Using Wool to Create Natural, Sustainable & Unique Wardrobe Staples
Sponsored by: Wool and Company
By: Laura Keiken
Knitting is perhaps one of the most perfect hobbies. It is a natural way to promote relaxation, relieve stress, improve focus all while producing gorgeous hand-made, earth-friendly garments and accessories. The portability of knitting allows it to be a very social activity and joining the knitting community has proven to have a positive social impact for many.
High-quality yarns spun with 100% wool are produced to last for generations. Did you know wool is also anti-microbial and moisture wicking? It is also fire resistant and hypoallergenic. This all-natural fiber has the ability to prevent mold and mildew growth as well as other undesirable odors from ever forming. The anti-microbial properties of wool allow it to be washed less often and at a lower temperature, making it the perfect earth-friendly fiber.
Fiber enthusiasts can enjoy knitting with wool knowing that this sustainable resource requires no harm to animals or plant life and is typically produced organically without the use of chemicals. Wool’s makeup contains 50% pure organic carbon naturally produced from the sheep’s diet of plants and herbs.
Worldwide, there are over 1,000 different sheep breeds each having unique meat and wool properties. Most often, flocks raised for the purpose of creating knitting wool are Merino, Blue Faced Leister, Corriedale and Cormo. Even within a specific breed, the micron count, or fineness of the individual fiber, can vary. The higher the micron count, the softer the hand. Many wool manufacturers have listened to consumers’ requests for softer wool and have begun producing higher-micron fibers without compromising the warmth and durability wool provides.
Knitting with wool dates back many centuries with some of the first knitted garments found in Norway dating as far back as 1476. The craft was historically associated with those at the lowest socioeconomic levels as a means to provide income. Many years later the popularity of knitting increased and was taught to orphans and the homeless as a way to support themselves and their families.
Norway’s long history with wool and knitting has influenced what the modern knitter has access to today. The Norwegian yarn manufacturer, Rauma, has been in existence for nearly a century, and has a factory located at the mouth of the Rauma River in northern Norway. This historical textile factory was completely destroyed by bombing during WWII at which time a new factory was immediately erected. Their company has been intimately involved with the wool production and knitting industry in Norway and, in turn, wool production is an important part of the Norwegian economy.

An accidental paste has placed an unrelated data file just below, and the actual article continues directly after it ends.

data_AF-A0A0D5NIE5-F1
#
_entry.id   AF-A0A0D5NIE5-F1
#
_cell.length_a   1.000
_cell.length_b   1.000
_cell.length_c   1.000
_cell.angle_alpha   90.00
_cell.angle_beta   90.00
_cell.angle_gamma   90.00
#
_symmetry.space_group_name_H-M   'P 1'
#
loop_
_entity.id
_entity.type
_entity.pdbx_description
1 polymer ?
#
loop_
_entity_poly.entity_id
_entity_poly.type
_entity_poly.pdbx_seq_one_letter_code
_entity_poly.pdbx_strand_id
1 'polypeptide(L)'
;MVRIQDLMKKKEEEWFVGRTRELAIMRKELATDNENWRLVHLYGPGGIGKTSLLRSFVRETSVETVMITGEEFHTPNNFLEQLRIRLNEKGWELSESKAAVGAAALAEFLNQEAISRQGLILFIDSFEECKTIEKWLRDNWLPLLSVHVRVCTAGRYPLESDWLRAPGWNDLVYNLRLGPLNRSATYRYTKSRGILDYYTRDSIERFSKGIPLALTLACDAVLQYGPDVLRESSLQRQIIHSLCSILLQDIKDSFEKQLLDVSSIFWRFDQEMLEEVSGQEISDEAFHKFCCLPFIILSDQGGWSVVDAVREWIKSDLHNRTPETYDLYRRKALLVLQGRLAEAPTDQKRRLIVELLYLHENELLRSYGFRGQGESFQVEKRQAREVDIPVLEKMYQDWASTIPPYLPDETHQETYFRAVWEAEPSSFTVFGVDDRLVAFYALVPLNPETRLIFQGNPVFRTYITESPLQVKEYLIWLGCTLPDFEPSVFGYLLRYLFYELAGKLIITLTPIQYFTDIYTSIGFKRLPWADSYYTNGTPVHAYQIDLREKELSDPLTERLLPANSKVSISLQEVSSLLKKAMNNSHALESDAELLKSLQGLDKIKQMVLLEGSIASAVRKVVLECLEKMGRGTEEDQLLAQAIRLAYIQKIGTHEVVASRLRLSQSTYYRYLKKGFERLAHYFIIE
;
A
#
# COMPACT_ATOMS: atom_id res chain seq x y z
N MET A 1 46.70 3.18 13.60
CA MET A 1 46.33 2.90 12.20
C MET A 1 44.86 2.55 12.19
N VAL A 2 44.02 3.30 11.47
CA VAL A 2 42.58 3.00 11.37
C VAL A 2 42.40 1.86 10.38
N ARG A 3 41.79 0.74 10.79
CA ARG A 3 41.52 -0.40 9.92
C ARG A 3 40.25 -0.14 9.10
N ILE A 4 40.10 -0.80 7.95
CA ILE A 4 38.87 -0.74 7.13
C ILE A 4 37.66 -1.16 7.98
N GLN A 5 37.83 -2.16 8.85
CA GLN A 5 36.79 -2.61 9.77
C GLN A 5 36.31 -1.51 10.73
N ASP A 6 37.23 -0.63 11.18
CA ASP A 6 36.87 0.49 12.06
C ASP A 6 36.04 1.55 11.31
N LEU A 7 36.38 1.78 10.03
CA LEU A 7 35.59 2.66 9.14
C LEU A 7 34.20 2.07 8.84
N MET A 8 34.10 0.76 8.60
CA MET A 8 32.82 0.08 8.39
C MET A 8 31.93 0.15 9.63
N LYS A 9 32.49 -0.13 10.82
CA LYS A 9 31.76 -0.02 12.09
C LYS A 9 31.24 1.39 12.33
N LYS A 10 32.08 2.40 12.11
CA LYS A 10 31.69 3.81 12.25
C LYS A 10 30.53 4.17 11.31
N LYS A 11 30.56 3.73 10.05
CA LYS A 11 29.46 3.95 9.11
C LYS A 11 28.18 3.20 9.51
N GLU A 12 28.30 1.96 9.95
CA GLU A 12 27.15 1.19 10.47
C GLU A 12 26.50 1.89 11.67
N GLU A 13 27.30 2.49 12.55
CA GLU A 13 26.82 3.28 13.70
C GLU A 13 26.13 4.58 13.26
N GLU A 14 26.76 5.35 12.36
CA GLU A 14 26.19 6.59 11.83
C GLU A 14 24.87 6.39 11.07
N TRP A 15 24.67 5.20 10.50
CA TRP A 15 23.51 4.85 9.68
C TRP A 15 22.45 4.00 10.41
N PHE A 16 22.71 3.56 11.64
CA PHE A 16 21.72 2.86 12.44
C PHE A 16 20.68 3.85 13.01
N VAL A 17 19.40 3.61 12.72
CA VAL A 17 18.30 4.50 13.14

Often times, Norwegian knitted pieces were constructed with a specific technique called stranded knitting. Stranded knitting is a process where two colors are used in one row of knitting creating beautiful patterns while creating a fabric that is doubled in its thickness and warmth. This method was used to create hats, mittens, vests and sweaters that stood up to the harshest winter climates. Traditionally knitted Norwegian garments contained only 2 colors, most often black and white. Occasionally, there may be a third color of red, but this tradition was introduced with the availability of more colorful wools and with the discovery of natural dyes years later.
Stranded knitting or color work was not exclusive to Norway. To the west of Norway, across the North Sea lies the tiny island of Fair Isle. This small, remote island is located north of Scotland and is part of the Shetland Islands. Fair Isle is the birthplace of a very specific type of stranded knitting called Fair Isle. This type of knitting uses only 2 colors in one row but many colors in a particular motif. Fair Isle motifs are made up of peerie (meaning small or thin), border and large patterns. These patterns are always symmetrical in pattern and color placement.
Early data records indicated Fair Isle socks were a prized art and were quite valuable pieces used for trade. The tradition of Fair Isle knitting gained huge popularity around 1921 when the Prince of Wales began wearing Fair Isle jumpers in public. This created a high demand for hand-made Fair Isle garments and was a huge boost to the economy for this region. To this day, these unique knitted pieces are highly sought after pieces made by highly skilled artisans dedicated to the future of the craft.
The modern knitter will find the traditions of Norwegian and Fair Isle knitting are quite similar in their appearance and often contain the traditional OXO pattern. In Norwegian designs, typically the “X” in the pattern is more pronounced where the “O” is more pronounced in Fair Isle knitting patterns. Norwegian patterns are also more likely to have “all over” patterns while Fair Isle is typically in stripes to creative distinctive Fair Isle designs.
The modern production of wool allows knitters a vast and inspiriting palette with endless color and pattern combination possibilities. The act of stranded knitting offers the ability to create timeless heirloom pieces to be enjoyed by generations while working with an all-natural, sustainable product. The joy and satisfaction of creating these pieces has a positive impact on the knitter, the wearer and the environment.